Does Your Solution Achieve Your Goal?

Posted 171 days ago ago by Jared

My oldest son never ceases to amaze me. It could be his ability to turn any household item into a train, his lengthy and stern conversations with Alexa (Amazon Echo), or his ability to destroy a room in 2.3 seconds.

One of our favorite summer activities is being on the boat, lounging and swimming all day long. Once when the kid decided he wanted to get out, he casually swam to the front of the pontoon boat and attempted to pull himself up. After one unsuccessful minute had passed, I swam over, suggested he go to the back of the boat and use the ladder. “NO DADA, I GO UP.”
Two more unsuccessful minutes passed and I attempted to explain how the answer to his problem was only a 30-second swim away. “DADA, GO AWAY. I GO UP!” This conversation repeated itself not one but two more times.
Enough was enough; I swam over and advised him to grab my hand. As we approached the ladder hanging from the back of the boat, he let go of my hand, quickly boarded and jumped right back in (face palm).
Unfortunately, this interaction is representative of many conversations about web development projects. Clients know what they want to achieve, and often have an idea of what they think will achieve it. Many developers are more than happy to submit a proposal to build exactly what the client wants. Sometimes that can lead to a lot of splashing around but may or may not actually produce the intended result.
We believe it’s important to really focus on the desired outcome, and make sure any proposal is designed to achieve the goal. Clients certainly come to the table with ideas and potential solutions, but should also be willing to hear new ideas. 

Here are a few recent examples of how this process can make a big difference.

Example: Getting More Leads
In March, a prospect approached us about building a new site for them. They had looked around and received several bids to build a site on a new platform. After we had spent some time reviewing the source code and discussing the end goal, it became evident that re-platforming was not the best solution to achieve the desired result. 

The Goal: The main purpose of the website is to drive leads by phone, and it needed to generate more leads.

The Solution: Instead of investing money into a new platform and total redesign, the prospect really needed an investment in their digital marketing. Taking it a step further, the digital marketer should focus on helping drive conversions by phone through their website. After validating the idea internally, we contacted one of our strategic digital marketing partners and had them join us for our next review. Out of all the bids, we were the only ones to advise against a re-platform. We were also the only ones who took the time to understand their ultimate goal – conversions by phone from the website. This meant no sale for us at the time, but we prioritize integrity and always seek to be a trusted resource for the long run.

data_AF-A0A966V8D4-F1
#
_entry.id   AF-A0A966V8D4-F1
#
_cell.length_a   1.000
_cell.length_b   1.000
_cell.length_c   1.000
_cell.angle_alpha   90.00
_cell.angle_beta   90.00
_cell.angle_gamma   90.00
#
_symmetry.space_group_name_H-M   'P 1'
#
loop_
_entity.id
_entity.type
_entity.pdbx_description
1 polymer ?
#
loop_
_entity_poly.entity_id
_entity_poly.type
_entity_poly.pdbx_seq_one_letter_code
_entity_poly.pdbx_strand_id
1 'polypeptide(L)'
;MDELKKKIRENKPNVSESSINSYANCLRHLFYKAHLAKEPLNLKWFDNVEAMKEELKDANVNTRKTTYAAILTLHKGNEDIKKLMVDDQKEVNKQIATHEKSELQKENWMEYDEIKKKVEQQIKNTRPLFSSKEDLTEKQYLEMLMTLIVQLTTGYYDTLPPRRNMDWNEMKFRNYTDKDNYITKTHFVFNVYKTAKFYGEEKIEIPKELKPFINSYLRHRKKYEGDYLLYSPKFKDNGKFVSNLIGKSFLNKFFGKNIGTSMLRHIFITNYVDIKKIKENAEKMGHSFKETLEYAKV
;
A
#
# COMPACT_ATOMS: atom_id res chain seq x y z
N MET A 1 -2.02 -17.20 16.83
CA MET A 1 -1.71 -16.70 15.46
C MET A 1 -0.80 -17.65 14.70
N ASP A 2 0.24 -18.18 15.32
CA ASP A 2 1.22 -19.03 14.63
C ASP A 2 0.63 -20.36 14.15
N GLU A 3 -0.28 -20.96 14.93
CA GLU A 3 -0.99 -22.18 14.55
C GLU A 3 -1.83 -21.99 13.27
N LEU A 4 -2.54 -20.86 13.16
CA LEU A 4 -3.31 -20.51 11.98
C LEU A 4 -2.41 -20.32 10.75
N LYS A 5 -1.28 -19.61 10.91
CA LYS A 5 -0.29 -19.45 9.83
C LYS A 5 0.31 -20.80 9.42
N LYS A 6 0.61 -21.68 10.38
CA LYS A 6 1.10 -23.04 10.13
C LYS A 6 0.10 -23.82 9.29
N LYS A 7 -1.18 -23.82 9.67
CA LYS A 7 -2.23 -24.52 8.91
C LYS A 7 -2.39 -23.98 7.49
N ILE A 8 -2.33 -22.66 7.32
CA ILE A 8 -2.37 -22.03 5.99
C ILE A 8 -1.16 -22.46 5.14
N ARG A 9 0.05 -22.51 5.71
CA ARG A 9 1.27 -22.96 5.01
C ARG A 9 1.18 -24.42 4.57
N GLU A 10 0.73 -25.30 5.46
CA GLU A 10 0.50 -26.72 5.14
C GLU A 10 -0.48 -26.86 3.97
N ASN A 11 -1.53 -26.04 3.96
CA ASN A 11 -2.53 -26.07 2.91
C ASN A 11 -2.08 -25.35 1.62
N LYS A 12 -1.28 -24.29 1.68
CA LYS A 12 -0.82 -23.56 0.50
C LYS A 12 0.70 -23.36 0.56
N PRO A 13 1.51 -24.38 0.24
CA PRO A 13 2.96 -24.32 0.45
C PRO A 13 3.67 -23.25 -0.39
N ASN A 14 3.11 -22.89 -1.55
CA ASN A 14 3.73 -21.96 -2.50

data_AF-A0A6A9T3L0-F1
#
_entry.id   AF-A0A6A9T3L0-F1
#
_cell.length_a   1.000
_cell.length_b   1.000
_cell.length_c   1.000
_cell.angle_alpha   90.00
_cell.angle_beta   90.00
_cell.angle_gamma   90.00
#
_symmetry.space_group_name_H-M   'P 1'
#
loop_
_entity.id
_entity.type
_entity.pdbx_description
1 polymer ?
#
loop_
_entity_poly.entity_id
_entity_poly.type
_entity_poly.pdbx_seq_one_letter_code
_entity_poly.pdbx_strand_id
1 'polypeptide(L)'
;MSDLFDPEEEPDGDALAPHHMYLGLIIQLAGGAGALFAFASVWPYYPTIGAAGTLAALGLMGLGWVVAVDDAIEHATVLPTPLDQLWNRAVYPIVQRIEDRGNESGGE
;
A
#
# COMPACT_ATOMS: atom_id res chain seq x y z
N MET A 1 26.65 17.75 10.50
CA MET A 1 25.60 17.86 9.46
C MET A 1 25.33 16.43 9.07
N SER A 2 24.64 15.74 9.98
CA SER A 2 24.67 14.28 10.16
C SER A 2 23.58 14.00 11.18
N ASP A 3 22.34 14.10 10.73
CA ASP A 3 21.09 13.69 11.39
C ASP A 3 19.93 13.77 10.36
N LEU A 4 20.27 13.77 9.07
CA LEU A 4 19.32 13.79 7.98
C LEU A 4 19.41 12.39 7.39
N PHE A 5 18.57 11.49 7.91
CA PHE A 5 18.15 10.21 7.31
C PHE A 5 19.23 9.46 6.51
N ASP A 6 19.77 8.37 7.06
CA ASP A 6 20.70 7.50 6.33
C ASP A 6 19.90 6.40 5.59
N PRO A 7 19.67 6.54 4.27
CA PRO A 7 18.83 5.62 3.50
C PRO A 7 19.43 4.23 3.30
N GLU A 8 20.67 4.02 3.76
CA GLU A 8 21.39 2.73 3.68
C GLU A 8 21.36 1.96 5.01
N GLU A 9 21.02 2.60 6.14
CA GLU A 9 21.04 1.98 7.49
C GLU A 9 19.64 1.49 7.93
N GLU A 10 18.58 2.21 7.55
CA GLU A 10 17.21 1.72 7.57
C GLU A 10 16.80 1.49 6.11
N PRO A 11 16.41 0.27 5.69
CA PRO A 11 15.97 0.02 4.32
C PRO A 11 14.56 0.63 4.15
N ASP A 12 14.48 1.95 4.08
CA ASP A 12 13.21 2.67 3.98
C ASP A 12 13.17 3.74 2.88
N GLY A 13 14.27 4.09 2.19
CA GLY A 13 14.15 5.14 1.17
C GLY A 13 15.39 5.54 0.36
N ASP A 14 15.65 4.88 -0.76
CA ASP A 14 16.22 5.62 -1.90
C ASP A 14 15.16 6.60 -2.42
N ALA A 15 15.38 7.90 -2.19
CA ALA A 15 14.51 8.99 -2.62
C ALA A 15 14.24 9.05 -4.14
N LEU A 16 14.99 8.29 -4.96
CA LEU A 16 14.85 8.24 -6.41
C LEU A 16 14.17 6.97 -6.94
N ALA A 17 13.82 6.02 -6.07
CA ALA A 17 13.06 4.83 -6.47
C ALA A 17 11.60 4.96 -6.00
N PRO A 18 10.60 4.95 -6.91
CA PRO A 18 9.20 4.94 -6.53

Example: Prioritizing Design
We had just finished scoping a project for an office furniture manufacturer/distributor when we realized that their design concept was not compatible with our pre-selected platform. As we sat down with the client to review the situation, we focused on the end goal.

The Goal: Compete effectively in a highly creative market

The Solution: It was clear that the design was a linchpin to the success of the project and therefore, would not be changing. Design elements and content management were critical because their business was built on creativity, a core part of their values. In re-evaluating the project, we committed to using a new platform that supported the design requirements and was built in .NET, the perfect fit! Even with the pivot, the project was completed before the deadline and ready in time for their big trade show. 

Example: Platform Debate 

We built a client a site on AspDotNetStorefront and immediately, they began to see success from it. Due to the success, they began to strategize on how they could continue successfully growing their business via the web. This method worked for a period but eventually, they encountered limitations around customizations, maintenance, and available features. We have watched our clients drive success and continue to grow in their platforms, depending on the percentage of their business they are converting online. The writing was on the wall, this client had outgrown the platform. 

The Goal: Grow web presence and increase conversions through site 

The Solution: We made the recommendation to move onto a more robust enterprise solution, episerver. Unfortunately, the client was adamant about staying on their existing platform. Fast forward, a year later and we were having the same conversation. However, this time the client had spent over $75k to stay on their existing platform, increasing the total cost of ownership and lowering their online success. The changes since the initial re-platform conversation were enough to convince the client to make the move. On numerous occasions, they have referenced our original re-platform conversation and how moving at that time would have made sense. 

No matter who you work with from a development perspective, make sure they understand your goal. Your goal is not to build a new website; your goal is the result you want to achieve with your site. 

Most importantly, be open-minded and leverage your partner’s experience to find the best solution.  There is nothing wrong with attempting to climb up the front of the pontoon boat, but be prepared to swim to the ladder.